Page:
HC Deb 30 June 1842 vol 64 cc789-91
Mr Monckton Milnes

wished to ask the right hon. Baronet at the head of her Majesty's Government a question upon a subject that had excited a great deal of interest in the manufacturing districts, and especially so in the borough that be had the honour to represent. It was with respect to the report that the Prussian Commercial League were about to impose a large import duty upon the woollen goods of England. He wished to know from the right hon. Baronet whether any intimation had been received from the Prussian government on this most important subject, or if he could give the House any information with respect to it.

Sir Robert Peel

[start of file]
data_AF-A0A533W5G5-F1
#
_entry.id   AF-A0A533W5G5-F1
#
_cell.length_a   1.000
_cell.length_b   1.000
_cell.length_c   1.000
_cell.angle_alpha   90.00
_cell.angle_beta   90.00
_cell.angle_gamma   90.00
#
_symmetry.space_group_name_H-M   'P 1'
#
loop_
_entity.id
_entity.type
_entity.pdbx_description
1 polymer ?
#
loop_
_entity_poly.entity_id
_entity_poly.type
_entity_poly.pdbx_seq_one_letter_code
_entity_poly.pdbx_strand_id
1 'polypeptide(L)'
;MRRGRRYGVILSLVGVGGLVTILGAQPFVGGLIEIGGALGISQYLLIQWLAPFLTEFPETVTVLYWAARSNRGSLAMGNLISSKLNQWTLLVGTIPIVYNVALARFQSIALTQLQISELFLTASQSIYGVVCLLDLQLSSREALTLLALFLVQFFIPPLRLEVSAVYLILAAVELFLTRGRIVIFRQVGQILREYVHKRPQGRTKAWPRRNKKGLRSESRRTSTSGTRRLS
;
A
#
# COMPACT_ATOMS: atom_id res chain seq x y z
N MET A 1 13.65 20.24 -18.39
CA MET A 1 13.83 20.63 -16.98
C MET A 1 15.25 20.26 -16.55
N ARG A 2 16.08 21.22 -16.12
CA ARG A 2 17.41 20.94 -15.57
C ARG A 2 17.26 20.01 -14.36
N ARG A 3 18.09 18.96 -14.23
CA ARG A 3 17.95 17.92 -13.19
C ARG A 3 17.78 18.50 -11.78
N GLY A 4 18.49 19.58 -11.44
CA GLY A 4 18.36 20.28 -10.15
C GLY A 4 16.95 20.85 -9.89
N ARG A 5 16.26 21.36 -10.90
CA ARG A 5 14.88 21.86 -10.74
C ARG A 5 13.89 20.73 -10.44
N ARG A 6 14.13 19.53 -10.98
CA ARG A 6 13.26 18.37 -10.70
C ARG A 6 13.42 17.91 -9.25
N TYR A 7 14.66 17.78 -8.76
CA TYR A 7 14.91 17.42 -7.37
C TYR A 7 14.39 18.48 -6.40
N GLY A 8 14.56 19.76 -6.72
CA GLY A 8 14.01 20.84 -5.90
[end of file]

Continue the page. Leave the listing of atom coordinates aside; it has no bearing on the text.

replied, that the report alluded to by the hon. Member had come to the knowledge of her Majesty's Government. It had come to them from Frankfort. It did not come in an official form, and it was not one on which reliance could be placed. He had received a most respectable deputation from Bradford, who stated to him that naturally there had been excited a great deal of apprehension. by that which had been referred to by his hon. Friend, the rumours that it was the intention of the Prussian government to raise the duties on articles of mixed cotton and wool. Assurances had been received from the Prussian government, intimating its satisfaction as to the alterations that this Government had voluntarily proposed, and without exacting any conditions whatever. These alterations were certainly favourable to Prussia; and he was happy to say that on the subject of these modifications in their commercial tariff he had received assurances—they were general, certainly—but still they expressed the satisfaction and the earnest wish of the Prussian government to meet them in a corresponding spirit, and the disposition to act with similar liberality. He knew that there was a great pressure upon the Prussian government on the article of iron, and it was in correspondence with the spirit that had been expressed that this pressure had been resisted. He could only state the assurances that had been given, and the conduct of the Prussian government with regard to this article of their manufactures. He attached very great importance to that subject, and he should indeed most deeply regret if such a determination were about to be acted upon by the Prussian government, and particularly at this time. He had had an interview that day with the Prussian minister on this subject; but the Prussian minister had received no intimation on the matter. He had heard nothing whatever of the intention of the Prussian government to propose to the Zoll-Verein to raise the duties on articles manufactured with mixed cotton and wool. He had no guarantee as to the future: but this he could say, that the Prussian minister, whom he had only seen within the last few hours, had received no intimation on the subject, and had expressed with him the wish that it might not be true. He repeated that he could give no assurance as to the future; but this he said, that the country would have strong grounds to lament that such an article should be selected to impose upon it high duties, at the very time that so much was done by this country in favour of Prussia and other states on the shores of the Baltic; and it would have grounds to lament it too, unless what it had done was met in a corresponding spirit to that which had dictated our own tariff.

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